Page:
PCNs are an idea.  At present they exist in the conceptual, and in nascent governance frameworks, but try asking a hospital consultant what a primary care network is.  Their success will not be determined by the size of the population they serve, or whether they have a network agreement in place or have appointed a Clinical Director, but by whether they actually start to deliver and make change happen.  PCNs are still an idea needing to be executed.

Studies into successful change in the NHS have found that there are three critical components of success: clinical leadership, senior support and project management.  Clinical leadership in PCNs comes through the PCN Clinical Director, who has dedicated time to undertake this role (although last week we discussed the importance of protecting this time to make change happen).

Senior support in other organisations of the NHS usually comes from a director who can link the change effort with the organisation’s priorities and the wider senior team.  For PCNs this role can be fulfilled by the PCN Board, who generally have partner level representation from all member practices.

The third component of successful change is dedicated delivery capacity in the form of a project manager.  It is extremely difficult when a PCN CD only has a couple of sessions a week, and practices are working on top of the pressures of the day job, for changes to be made and new ways of working to be introduced.  Change, as we have discussed many times in this blog, is hard, and without dedicated project management it is very difficult to find the capacity to overcome the blocks that will inevitably emerge along the way and make it happen.

While project management for PCNs is not directly funded within the contract, the good news is that PCNs are all being given significant development funding, that will continue over the five years of the contract.  My very strong advice is that PCNs prioritise the use of this funding to establish capacity to deliver change and employ dedicated project management support.

I have met a number of different PCNs on my travels over recent months, and one thing I have noticed is those PCNs who have dedicated delivery capacity in place are the ones who have been able to achieve the most.  The real value of PCNs comes with their ability to execute.  At this point in the development of PCNs, when moving from idea to execution is the critical next step, there can be no higher priority than getting in some dedicated project management support.

Lessons for PCNs: Learning to Say No

“It is only by saying ‘no’ that you can concentrate on the things that are really important.” Steve Jobs

I was talking to a PCN Clinical Director recently, who told me the story of how in one day she had received three emails and numerous phone calls, including to her practice receptionists, for her to say whether or not she was employing a link worker.  She and her practices remain undecided on how to progress with link workers (because they are clear they want the model of social prescribing to drive the employment of the team, not vice versa), but she is coming under increasing pressure to 1) spend more and more time responding to these types of process request and 2) put the needs of the system (and its targets to employ link workers) over the needs of the network.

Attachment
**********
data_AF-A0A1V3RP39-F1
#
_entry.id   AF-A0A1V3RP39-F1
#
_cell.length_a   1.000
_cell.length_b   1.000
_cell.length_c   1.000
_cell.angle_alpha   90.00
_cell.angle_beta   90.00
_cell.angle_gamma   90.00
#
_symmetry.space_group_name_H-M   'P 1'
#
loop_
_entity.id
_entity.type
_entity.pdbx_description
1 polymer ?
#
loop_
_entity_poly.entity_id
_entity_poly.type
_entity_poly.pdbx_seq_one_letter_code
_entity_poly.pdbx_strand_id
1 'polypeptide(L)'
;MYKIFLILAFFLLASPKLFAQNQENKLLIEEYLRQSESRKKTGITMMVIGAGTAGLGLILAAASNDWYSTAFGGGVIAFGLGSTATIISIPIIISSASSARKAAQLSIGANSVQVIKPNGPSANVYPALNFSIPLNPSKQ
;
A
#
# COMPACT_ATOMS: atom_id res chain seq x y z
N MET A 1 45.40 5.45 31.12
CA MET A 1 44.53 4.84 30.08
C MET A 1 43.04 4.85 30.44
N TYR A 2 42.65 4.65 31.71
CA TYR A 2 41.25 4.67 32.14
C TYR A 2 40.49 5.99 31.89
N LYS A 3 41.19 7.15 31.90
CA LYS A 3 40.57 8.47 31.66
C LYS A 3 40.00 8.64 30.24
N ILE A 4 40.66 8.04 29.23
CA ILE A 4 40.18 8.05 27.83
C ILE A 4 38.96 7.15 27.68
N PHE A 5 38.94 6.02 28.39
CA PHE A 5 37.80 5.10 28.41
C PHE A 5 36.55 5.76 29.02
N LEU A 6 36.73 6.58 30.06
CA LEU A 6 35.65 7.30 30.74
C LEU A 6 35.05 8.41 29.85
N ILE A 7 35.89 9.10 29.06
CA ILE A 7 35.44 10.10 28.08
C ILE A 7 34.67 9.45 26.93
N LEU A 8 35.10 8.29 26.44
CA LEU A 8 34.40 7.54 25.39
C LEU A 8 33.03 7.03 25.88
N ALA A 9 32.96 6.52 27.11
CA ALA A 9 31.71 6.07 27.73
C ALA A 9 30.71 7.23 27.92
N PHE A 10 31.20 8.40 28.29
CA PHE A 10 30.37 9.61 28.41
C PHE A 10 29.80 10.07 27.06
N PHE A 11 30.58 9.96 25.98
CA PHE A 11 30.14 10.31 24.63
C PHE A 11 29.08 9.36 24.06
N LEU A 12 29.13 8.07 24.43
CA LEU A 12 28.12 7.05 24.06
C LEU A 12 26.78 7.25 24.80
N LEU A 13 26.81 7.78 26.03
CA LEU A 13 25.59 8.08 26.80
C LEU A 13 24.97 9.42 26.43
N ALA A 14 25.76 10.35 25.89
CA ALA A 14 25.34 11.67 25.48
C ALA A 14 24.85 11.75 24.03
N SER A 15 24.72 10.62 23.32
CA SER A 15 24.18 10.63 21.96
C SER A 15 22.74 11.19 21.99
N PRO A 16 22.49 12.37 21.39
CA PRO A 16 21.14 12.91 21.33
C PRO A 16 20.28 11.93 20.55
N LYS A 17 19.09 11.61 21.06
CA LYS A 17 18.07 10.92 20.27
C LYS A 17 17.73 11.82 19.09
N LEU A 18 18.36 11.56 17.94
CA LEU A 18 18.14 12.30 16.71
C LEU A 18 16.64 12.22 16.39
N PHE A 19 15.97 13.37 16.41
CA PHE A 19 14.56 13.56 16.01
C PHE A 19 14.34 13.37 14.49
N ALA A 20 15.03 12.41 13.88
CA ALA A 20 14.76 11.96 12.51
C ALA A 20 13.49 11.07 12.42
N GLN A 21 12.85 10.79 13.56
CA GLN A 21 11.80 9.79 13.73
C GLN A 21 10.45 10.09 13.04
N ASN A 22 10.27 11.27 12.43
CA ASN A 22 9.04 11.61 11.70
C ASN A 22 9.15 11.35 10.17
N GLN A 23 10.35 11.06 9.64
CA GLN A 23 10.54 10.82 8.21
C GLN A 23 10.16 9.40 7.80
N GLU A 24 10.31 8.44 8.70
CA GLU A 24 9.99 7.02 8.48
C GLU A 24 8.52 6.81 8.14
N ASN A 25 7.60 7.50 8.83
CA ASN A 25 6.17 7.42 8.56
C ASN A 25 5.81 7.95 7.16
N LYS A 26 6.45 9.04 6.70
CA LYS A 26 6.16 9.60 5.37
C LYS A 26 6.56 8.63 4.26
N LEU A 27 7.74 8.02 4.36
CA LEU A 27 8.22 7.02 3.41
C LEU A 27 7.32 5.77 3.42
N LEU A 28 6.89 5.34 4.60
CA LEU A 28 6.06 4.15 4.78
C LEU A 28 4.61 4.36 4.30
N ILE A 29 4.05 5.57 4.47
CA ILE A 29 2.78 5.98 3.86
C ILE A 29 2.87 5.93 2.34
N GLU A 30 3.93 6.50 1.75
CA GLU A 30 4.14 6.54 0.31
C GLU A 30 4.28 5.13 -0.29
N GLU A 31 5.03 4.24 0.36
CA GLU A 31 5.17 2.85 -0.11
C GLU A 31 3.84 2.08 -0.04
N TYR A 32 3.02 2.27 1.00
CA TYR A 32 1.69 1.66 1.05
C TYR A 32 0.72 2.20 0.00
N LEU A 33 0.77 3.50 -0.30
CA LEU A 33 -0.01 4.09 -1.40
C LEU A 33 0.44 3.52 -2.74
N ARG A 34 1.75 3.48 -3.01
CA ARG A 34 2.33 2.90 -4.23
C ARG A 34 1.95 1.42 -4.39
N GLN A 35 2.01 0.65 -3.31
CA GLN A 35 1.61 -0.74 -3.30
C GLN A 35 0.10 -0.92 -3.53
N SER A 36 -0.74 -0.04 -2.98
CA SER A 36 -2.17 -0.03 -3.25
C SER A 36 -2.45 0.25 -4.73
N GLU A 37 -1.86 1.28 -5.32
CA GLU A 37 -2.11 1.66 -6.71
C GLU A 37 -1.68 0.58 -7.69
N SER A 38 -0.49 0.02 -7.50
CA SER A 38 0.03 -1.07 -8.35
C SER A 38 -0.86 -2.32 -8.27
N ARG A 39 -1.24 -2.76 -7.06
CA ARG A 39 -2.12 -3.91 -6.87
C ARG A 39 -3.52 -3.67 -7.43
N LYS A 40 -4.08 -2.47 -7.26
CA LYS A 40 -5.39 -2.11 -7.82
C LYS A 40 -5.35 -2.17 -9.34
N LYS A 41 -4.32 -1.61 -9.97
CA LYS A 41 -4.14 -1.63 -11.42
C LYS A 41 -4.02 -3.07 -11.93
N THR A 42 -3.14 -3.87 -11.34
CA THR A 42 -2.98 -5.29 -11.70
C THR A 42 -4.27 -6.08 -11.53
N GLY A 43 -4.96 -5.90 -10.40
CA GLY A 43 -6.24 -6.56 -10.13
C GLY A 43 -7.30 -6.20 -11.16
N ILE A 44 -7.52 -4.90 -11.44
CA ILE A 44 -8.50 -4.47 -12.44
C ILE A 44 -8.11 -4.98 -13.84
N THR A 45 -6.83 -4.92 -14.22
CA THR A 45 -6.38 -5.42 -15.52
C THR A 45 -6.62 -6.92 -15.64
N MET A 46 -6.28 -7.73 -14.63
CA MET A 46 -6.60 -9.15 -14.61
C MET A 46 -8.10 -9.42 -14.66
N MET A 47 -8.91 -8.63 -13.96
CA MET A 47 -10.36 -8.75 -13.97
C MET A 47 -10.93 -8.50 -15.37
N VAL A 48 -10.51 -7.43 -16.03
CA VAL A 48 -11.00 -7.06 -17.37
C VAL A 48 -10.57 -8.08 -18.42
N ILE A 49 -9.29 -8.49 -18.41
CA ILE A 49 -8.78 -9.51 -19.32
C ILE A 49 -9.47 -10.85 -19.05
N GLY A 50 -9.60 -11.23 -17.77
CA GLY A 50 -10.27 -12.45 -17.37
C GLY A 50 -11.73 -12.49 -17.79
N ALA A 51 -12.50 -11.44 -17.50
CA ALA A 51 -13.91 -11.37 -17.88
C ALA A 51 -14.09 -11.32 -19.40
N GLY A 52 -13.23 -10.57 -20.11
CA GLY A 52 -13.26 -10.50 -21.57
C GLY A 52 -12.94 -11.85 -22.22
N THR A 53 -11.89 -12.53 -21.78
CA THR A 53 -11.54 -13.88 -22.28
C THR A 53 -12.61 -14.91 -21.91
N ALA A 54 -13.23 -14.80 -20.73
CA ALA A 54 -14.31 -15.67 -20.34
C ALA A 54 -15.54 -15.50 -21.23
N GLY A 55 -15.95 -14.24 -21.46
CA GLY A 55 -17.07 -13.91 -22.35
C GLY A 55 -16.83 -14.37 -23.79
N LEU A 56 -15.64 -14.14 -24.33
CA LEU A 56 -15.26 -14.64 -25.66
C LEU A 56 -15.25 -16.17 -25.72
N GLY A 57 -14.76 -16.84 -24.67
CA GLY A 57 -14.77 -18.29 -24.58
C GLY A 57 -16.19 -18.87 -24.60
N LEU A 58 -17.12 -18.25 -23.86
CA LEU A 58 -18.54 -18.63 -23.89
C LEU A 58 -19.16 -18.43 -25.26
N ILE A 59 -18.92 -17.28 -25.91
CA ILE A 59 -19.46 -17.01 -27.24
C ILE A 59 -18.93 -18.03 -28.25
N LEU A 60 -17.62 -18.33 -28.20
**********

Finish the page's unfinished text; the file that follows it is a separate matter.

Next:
I was talking to a different PCN Clinical Director who told me that he had received an email with a long list of meetings the system was expecting him to attend.  These included PCN assurance meetings, integrated care development meetings, and a whole raft of clinical “transformation” meetings taking place at the wider system level.  He felt pressure to go to as many of these as he could, and wasn’t sure whether saying no was an option or whether it was a requirement of taking on the new role.

In fact, I am sure it would be relatively straightforward for any PCN Clinical Director to spend all of their time responding to the constant system requests for information, attending system meetings and responding positively to as many of the meeting requests they receive as possible (although I doubt they would be able to meet all of them!).

The irony of this position is that despite this willingness to comply and respond positively, it will be these PCNs who in the medium term will be judged to be failing.

Ultimately, successful PCNs will be the ones who understand their local priorities, focus on building local relationships (between practices and with their local communities), and, most importantly, learn how to make change happen.  All of these things take time, and PCNs who spend their time meeting the requirements of the system will not have the time needed to do the things that are important.

And so the job of the leader, the PCN Clinical Director, is to say no to the things that are less important, in order to be able to say yes to the things that are.

In a recent conversation I had with Professor Becky Malby (a national expert in these matters, do check out her blog if you haven’t already), she recommended that to ensure PCNs focus on the right things they allocate at least 80% of the agenda time in any PCN meeting to innovation, change or improvement, and that the time for everything else should be limited to 20% of the time available.

For the new PCN CDs I was talking to that kind of prioritisation can feel very difficult.  But learning to keep focussed on what is important, and to say no to the things that are not, is critical for PCN success.